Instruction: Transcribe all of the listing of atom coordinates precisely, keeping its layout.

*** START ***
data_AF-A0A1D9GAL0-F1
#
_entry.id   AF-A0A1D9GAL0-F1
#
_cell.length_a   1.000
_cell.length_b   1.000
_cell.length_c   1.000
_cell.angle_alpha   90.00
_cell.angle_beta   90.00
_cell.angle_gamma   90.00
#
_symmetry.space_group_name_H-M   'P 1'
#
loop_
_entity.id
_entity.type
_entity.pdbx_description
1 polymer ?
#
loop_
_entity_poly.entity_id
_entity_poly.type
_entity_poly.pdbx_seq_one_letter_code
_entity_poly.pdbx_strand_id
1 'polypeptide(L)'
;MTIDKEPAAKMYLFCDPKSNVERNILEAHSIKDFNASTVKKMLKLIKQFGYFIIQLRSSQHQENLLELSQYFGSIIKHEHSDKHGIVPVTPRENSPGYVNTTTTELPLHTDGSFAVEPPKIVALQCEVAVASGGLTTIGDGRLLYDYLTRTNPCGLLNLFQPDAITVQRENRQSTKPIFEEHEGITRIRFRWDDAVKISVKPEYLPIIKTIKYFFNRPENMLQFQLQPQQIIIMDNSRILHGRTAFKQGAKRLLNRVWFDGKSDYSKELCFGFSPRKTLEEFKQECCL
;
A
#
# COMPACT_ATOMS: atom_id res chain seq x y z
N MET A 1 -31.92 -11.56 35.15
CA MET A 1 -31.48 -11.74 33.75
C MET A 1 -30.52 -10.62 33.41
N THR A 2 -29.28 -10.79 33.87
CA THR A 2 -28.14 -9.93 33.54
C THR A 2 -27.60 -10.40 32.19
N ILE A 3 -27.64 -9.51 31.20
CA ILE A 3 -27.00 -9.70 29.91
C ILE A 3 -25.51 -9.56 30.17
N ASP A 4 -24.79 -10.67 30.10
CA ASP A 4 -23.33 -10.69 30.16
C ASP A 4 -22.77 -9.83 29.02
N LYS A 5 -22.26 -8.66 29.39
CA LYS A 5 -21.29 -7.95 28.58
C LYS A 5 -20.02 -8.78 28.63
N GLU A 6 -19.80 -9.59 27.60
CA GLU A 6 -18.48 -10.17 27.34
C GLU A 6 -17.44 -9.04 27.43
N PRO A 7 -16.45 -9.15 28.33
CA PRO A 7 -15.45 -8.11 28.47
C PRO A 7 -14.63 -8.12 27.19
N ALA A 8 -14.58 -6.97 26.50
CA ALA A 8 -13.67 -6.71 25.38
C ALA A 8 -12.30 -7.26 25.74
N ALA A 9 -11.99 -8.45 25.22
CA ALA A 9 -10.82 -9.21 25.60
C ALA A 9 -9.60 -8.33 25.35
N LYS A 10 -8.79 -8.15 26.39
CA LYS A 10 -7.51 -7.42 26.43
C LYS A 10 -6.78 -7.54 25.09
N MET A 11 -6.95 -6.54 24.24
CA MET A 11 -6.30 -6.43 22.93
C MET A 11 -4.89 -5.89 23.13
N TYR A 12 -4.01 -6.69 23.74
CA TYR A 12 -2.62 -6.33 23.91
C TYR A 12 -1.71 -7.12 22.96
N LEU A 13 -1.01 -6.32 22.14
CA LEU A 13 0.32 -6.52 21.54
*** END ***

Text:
data_AF-A0A1D9GAL0-F1
#
_entry.id   AF-A0A1D9GAL0-F1
#
_cell.length_a   1.000
_cell.length_b   1.000
_cell.length_c   1.000
_cell.angle_alpha   90.00
_cell.angle_beta   90.00
_cell.angle_gamma   90.00
#
_symmetry.space_group_name_H-M   'P 1'
#
loop_
_entity.id
_entity.type
_entity.pdbx_description
1 polymer ?
#
loop_
_entity_poly.entity_id
_entity_poly.type
_entity_poly.pdbx_seq_one_letter_code
_entity_poly.pdbx_strand_id
1 'polypeptide(L)'
;MTIDKEPAAKMYLFCDPKSNVERNILEAHSIKDFNASTVKKMLKLIKQFGYFIIQLRSSQHQENLLELSQYFGSIIKHEHSDKHGIVPVTPRENSPGYVNTTTTELPLHTDGSFAVEPPKIVALQCEVAVASGGLTTIGDGRLLYDYLTRTNPCGLLNLFQPDAITVQRENRQSTKPIFEEHEGITRIRFRWDDAVKISVKPEYLPIIKTIKYFFNRPENMLQFQLQPQQIIIMDNSRILHGRTAFKQGAKRLLNRVWFDGKSDYSKELCFGFSPRKTLEEFKQECCL
;
A
#
# COMPACT_ATOMS: atom_id res chain seq x y z
N MET A 1 -31.92 -11.56 35.15
CA MET A 1 -31.48 -11.74 33.75
C MET A 1 -30.52 -10.62 33.41
N THR A 2 -29.28 -10.79 33.87
CA THR A 2 -28.14 -9.93 33.54
C THR A 2 -27.60 -10.40 32.19
N ILE A 3 -27.64 -9.51 31.20
CA ILE A 3 -27.00 -9.70 29.91
C ILE A 3 -25.51 -9.56 30.17
N ASP A 4 -24.79 -10.67 30.10
CA ASP A 4 -23.33 -10.69 30.16
C ASP A 4 -22.77 -9.83 29.02
N LYS A 5 -22.26 -8.66 29.39
CA LYS A 5 -21.29 -7.95 28.58
C LYS A 5 -20.02 -8.78 28.63
N GLU A 6 -19.80 -9.59 27.60
CA GLU A 6 -18.48 -10.17 27.34
C GLU A 6 -17.44 -9.04 27.43
N PRO A 7 -16.45 -9.15 28.33
CA PRO A 7 -15.45 -8.11 28.47
C PRO A 7 -14.63 -8.12 27.19
N ALA A 8 -14.58 -6.97 26.50
CA ALA A 8 -13.67 -6.71 25.38
C ALA A 8 -12.30 -7.26 25.74
N ALA A 9 -11.99 -8.45 25.22
CA ALA A 9 -10.82 -9.21 25.60
C ALA A 9 -9.60 -8.33 25.35
N LYS A 10 -8.79 -8.15 26.39
CA LYS A 10 -7.51 -7.42 26.43
C LYS A 10 -6.78 -7.54 25.09
N MET A 11 -6.95 -6.54 24.24
CA MET A 11 -6.30 -6.43 22.93
C MET A 11 -4.89 -5.89 23.13
N TYR A 12 -4.01 -6.69 23.74
CA TYR A 12 -2.62 -6.33 23.91
C TYR A 12 -1.71 -7.12 22.96
N LEU A 13 -1.01 -6.32 22.14
CA LEU A 13 0.32 -6.52 21.54